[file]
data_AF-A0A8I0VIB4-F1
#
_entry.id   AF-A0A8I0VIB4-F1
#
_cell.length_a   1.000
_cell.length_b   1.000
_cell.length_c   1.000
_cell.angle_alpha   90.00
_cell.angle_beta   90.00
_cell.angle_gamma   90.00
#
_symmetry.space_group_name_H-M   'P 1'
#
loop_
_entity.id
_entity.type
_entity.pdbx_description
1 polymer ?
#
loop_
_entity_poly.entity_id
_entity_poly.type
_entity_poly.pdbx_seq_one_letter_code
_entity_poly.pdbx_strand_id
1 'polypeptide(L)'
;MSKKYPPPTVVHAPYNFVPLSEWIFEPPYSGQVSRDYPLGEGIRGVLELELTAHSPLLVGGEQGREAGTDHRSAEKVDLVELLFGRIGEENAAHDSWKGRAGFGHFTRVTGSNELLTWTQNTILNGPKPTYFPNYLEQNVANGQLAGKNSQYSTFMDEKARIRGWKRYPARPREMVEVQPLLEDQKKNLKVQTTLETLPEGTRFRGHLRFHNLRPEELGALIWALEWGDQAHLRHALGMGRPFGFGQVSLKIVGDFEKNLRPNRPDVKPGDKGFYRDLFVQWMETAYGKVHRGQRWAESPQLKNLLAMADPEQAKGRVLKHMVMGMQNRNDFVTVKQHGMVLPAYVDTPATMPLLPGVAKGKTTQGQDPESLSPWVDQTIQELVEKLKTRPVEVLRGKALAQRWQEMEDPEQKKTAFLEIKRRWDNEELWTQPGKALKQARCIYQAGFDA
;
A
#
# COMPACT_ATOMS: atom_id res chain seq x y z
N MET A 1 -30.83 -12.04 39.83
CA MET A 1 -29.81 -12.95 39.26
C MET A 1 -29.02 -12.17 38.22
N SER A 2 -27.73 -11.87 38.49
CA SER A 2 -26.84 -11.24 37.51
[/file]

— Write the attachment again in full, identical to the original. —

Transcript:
data_AF-A0A8I0VIB4-F1
#
_entry.id   AF-A0A8I0VIB4-F1
#
_cell.length_a   1.000
_cell.length_b   1.000
_cell.length_c   1.000
_cell.angle_alpha   90.00
_cell.angle_beta   90.00
_cell.angle_gamma   90.00
#
_symmetry.space_group_name_H-M   'P 1'
#
loop_
_entity.id
_entity.type
_entity.pdbx_description
1 polymer ?
#
loop_
_entity_poly.entity_id
_entity_poly.type
_entity_poly.pdbx_seq_one_letter_code
_entity_poly.pdbx_strand_id
1 'polypeptide(L)'
;MSKKYPPPTVVHAPYNFVPLSEWIFEPPYSGQVSRDYPLGEGIRGVLELELTAHSPLLVGGEQGREAGTDHRSAEKVDLVELLFGRIGEENAAHDSWKGRAGFGHFTRVTGSNELLTWTQNTILNGPKPTYFPNYLEQNVANGQLAGKNSQYSTFMDEKARIRGWKRYPARPREMVEVQPLLEDQKKNLKVQTTLETLPEGTRFRGHLRFHNLRPEELGALIWALEWGDQAHLRHALGMGRPFGFGQVSLKIVGDFEKNLRPNRPDVKPGDKGFYRDLFVQWMETAYGKVHRGQRWAESPQLKNLLAMADPEQAKGRVLKHMVMGMQNRNDFVTVKQHGMVLPAYVDTPATMPLLPGVAKGKTTQGQDPESLSPWVDQTIQELVEKLKTRPVEVLRGKALAQRWQEMEDPEQKKTAFLEIKRRWDNEELWTQPGKALKQARCIYQAGFDA
;
A
#
# COMPACT_ATOMS: atom_id res chain seq x y z
N MET A 1 -30.83 -12.04 39.83
CA MET A 1 -29.81 -12.95 39.26
C MET A 1 -29.02 -12.17 38.22
N SER A 2 -27.73 -11.87 38.49
CA SER A 2 -26.84 -11.24 37.51